Congratulations to Michelle Cahill whose short story collection Letter to Pessoa won the UTS Glenda Adams Award for New Writing, a prize which recognises a published book of fiction written by an author who has not previously published a book-length work of narrative fiction or narrative non-fiction.
To learn more about the award and the other shortlisted works, visit the NSW State Library website.
The judges said:
This virtuosic literary collection experiments with a wide range of styles and narrative points of view. It wears its literary influences on its sleeve, adopting and adapting the narrative voices, characters, biographies and story fragments of writers as diverse as Pessoa, Derrida, Woolf, Borges and Genet. In ‘Letter to John Coetzee’ Melanie Isaacs, the minor character from Coetzee’s novel Disgrace, cheekily interrogates him about the ways in which women of colour are exploited and marginalised in literature as they are in life.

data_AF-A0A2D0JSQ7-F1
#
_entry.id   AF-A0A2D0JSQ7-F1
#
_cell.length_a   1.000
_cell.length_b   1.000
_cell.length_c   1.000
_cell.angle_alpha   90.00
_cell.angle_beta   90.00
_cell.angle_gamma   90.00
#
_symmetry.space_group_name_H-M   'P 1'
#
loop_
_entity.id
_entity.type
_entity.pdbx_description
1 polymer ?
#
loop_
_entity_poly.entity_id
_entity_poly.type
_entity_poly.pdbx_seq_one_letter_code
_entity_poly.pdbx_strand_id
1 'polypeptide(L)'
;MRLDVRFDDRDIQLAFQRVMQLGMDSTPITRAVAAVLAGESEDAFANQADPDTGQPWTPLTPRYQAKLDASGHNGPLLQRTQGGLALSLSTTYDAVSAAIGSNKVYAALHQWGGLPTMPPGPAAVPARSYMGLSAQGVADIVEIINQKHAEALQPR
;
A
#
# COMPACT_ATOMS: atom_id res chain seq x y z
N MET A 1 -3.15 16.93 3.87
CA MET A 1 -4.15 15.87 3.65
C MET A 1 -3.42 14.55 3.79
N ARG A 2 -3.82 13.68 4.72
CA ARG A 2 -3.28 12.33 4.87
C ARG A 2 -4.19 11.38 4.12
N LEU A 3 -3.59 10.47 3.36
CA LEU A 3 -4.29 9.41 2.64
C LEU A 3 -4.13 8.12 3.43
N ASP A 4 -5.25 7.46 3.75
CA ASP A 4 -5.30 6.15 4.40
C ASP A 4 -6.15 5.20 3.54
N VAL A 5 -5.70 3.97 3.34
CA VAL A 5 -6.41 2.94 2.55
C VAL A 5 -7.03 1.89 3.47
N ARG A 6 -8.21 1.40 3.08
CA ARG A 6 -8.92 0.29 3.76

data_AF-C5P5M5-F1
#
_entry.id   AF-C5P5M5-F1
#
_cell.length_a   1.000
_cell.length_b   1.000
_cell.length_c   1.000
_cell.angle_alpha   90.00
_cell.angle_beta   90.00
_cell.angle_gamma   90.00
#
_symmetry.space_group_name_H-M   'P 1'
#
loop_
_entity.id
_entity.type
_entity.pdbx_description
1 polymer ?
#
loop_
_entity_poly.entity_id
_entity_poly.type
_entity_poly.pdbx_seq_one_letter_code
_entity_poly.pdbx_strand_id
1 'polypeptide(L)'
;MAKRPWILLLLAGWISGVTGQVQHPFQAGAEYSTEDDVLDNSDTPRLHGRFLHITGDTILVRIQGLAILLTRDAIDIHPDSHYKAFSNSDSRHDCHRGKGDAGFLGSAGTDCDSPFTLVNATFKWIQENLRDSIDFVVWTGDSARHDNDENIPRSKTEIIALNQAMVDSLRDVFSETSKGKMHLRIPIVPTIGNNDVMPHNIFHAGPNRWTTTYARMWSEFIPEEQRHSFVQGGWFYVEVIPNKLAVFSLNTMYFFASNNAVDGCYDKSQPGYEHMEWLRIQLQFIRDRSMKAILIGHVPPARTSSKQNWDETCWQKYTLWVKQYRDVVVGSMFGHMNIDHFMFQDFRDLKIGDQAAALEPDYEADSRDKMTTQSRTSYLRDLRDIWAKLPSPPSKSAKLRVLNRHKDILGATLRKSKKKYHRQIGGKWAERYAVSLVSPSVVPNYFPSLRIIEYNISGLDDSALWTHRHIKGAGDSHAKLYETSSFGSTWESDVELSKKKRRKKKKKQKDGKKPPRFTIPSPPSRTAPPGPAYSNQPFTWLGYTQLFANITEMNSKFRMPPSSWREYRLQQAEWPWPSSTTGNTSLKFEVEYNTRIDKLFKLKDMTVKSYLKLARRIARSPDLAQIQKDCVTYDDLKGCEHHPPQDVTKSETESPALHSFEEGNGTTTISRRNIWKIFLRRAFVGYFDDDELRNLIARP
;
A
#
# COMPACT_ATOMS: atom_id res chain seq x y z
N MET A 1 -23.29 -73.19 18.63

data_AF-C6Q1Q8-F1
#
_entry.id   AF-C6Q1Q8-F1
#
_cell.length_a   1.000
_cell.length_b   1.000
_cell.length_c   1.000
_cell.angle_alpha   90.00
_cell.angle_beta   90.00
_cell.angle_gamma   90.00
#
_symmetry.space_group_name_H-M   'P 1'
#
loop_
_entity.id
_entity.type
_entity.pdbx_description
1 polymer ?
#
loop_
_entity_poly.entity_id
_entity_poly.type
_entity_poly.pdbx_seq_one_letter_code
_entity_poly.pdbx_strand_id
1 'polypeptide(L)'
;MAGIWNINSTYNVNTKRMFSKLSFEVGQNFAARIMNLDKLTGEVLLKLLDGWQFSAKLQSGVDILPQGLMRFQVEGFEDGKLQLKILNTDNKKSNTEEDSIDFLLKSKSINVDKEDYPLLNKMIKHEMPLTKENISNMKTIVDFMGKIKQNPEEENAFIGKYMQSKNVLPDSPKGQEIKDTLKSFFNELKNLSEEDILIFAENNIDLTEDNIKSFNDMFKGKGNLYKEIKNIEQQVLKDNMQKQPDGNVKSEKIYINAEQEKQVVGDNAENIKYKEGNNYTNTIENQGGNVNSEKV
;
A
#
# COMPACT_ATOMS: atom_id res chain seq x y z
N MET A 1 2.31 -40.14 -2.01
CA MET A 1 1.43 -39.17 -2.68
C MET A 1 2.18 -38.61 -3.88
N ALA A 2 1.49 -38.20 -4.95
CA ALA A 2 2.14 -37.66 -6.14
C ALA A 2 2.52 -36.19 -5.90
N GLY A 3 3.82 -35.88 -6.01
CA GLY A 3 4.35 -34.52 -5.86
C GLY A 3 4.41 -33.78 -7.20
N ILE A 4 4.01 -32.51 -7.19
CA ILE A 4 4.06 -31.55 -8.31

The stories address issues to do with race, war, queerness and belonging. Their characters move across geographic, class and aesthetic terrains, visiting global hotspots of struggle, tourism and migration. Questions are raised about the ethics of first-world witnessing as Cahill draws the UK, the US, India, Nepal, Southeast Asia and Australia together in a web of transnational connections.
From Tom Collins to Ern Malley to My Life as a Fake, the Australian literary world has had more than its share of authors unafraid to wield a satirical pen. Joining these ranks is Michelle Cahill’s wonderfully seditious collection of short stories, Letter to Pessoa. This spritely fictional debut addresses literature through some of its greatest practitioners — who may also be the most deserving of reproach. A teasing sense of imitation runs through this book, but it is more than mere caricature. The reader is left with nothing but admiration for Cahill’s incisive intelligence and literary skill in this original work.
This spritely fictional debut addresses literature through some of its greatest practitioners…The reader is left with nothing but admiration for Cahill’s incisive intelligence and literary skill in this original work.